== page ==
Johns Hopkins Medicine
600 N. Wolfe Street
Baltimore, Maryland, 21287.
Dr. Henry Brem is honored for Clinical Excellence at The National Physician of the Year Awards.
Dr. Henry Brem has transformed the field of Neurosurgery, leading to breakthrough treatments that have extended the lives of brain cancer patients worldwide.
Henry Brem grew up in Northern New Jersey, attending the high school at Yeshiva University in Manhattan. He received his undergraduate degree from New York University, his medical degree from Harvard, and trained in neurosurgery Columbia University, College of Physicians & Surgeons .He joined the staff at John Hopkins in 1984.
Dr. Brem changed the surgical treatment of brain tumors by introducing new approaches for targeted therapy. He developed new classes of polymers and microchips for drug delivery that are custom-made for the agent being developed. He then designed and led the clinical trials demonstrating their safety and efficacy. These were the first new treatments for brain tumors that the FDA had approved in 23 years. Commercially known as Gliadel wafers, this therapy is now used worldwide to intraoperatively deliver chemotherapy directly to the sites of brain tumors.
Dr Brem also carried out the pivotal clinical study that introduced navigational imaging into the neurosurgical suite. His work led to the FDA's approval of the first image guidance computer system for operating on tumors within the brain.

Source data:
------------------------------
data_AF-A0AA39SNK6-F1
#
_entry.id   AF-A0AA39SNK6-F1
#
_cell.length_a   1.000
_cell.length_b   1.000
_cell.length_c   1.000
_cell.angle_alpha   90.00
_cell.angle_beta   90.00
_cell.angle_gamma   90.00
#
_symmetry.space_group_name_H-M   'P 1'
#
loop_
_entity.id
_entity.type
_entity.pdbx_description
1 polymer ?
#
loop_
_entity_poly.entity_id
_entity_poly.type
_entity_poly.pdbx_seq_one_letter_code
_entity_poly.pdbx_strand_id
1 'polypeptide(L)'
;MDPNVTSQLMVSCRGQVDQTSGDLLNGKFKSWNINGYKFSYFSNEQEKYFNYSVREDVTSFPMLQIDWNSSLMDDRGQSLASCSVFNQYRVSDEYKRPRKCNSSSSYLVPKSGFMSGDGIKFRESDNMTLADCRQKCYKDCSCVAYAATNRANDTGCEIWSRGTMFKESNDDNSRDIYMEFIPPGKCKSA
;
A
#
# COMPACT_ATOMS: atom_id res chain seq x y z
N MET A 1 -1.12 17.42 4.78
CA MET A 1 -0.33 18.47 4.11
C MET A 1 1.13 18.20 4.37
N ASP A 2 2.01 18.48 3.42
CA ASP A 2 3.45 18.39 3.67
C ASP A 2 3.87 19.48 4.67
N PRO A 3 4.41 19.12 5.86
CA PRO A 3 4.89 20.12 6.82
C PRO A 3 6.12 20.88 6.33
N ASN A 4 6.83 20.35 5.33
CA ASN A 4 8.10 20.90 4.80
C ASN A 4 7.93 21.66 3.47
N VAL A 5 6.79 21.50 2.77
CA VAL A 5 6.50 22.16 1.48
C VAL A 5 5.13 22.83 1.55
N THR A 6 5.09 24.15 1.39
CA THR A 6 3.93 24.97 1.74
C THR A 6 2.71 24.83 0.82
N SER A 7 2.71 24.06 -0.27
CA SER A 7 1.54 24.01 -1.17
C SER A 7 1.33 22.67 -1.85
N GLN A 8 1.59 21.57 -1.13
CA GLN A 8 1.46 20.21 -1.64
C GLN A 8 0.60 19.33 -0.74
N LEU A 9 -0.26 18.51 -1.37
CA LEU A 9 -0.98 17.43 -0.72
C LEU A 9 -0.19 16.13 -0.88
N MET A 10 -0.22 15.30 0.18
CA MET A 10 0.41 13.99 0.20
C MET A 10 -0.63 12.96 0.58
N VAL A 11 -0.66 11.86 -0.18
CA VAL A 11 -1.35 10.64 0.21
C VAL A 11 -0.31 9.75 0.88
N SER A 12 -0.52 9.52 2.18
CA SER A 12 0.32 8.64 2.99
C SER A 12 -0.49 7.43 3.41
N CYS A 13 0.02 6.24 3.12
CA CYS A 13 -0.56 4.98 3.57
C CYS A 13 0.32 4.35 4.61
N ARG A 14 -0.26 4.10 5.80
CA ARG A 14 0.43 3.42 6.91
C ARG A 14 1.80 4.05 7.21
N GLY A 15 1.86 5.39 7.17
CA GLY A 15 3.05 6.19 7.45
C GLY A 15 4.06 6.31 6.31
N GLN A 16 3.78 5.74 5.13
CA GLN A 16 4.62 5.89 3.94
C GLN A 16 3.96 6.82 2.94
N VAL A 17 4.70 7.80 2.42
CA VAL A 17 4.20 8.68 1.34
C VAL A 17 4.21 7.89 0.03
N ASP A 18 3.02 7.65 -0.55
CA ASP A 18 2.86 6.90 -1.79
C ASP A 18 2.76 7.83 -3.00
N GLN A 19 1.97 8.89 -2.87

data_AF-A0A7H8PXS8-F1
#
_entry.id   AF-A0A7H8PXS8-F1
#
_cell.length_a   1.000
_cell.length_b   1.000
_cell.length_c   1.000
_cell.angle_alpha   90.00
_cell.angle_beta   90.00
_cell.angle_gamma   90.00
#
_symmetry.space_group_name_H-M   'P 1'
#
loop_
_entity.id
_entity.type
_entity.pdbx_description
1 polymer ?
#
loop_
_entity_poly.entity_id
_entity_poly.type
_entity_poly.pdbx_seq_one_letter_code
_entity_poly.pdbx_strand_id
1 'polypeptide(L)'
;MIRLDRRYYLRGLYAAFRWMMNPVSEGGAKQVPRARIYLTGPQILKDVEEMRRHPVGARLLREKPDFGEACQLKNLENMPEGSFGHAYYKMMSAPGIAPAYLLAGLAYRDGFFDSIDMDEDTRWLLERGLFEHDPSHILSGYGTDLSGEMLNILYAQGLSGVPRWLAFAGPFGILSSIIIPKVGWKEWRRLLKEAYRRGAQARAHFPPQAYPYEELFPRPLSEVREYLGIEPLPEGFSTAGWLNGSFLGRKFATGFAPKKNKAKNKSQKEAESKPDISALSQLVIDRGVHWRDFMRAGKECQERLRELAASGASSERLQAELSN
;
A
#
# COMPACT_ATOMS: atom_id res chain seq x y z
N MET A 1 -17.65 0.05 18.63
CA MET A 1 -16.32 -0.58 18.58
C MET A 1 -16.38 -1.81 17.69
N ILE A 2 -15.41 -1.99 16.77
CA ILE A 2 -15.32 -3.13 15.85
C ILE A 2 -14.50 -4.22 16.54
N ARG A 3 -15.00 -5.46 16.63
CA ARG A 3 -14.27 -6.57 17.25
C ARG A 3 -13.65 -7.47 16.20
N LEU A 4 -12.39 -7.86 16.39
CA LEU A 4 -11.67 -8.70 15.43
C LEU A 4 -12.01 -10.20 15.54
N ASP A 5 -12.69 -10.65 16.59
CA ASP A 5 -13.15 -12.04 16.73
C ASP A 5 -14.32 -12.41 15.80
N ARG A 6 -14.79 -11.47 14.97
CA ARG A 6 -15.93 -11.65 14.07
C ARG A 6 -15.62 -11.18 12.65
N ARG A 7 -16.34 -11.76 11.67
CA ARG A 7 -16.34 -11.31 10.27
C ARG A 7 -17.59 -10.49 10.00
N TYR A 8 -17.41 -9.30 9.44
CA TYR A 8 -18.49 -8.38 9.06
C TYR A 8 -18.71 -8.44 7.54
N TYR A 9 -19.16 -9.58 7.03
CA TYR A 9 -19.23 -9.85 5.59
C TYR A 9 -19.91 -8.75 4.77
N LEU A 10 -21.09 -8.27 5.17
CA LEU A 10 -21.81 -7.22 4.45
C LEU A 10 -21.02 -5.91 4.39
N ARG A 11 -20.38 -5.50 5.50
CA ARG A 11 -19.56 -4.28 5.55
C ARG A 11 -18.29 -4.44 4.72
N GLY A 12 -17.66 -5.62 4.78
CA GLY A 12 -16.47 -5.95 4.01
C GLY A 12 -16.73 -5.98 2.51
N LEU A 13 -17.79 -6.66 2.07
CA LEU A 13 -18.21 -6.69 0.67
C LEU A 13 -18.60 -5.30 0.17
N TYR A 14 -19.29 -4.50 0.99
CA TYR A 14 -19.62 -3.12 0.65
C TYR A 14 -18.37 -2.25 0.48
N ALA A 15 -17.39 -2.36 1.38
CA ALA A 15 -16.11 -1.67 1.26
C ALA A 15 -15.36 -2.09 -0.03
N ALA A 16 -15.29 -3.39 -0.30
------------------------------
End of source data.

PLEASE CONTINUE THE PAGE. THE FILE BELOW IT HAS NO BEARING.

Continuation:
As director of the Department of Neurosurgery and Neurosurgeon-in-Chief at Johns Hopkins, he has built one of the largest brain tumor research and treatment centers in the world, training numerous researchers who have revolutionized the fields of intraoperative imaging, angiogenesis, immunotherapy, and controlled release polymers for drug delivery to the brain.
Dr. Brem sees his career in medicine as a moral imperative -- to provide the best clinical care, while pushing research boundaries to enhance patient's outcomes in the field of neurosurgery. His work is in large part responsible for almost doubling the life expectancy and quality of life brain cancer patients.
He foresees a time when brain cancer will no longer be a life threatening disease, but become a manageable condition.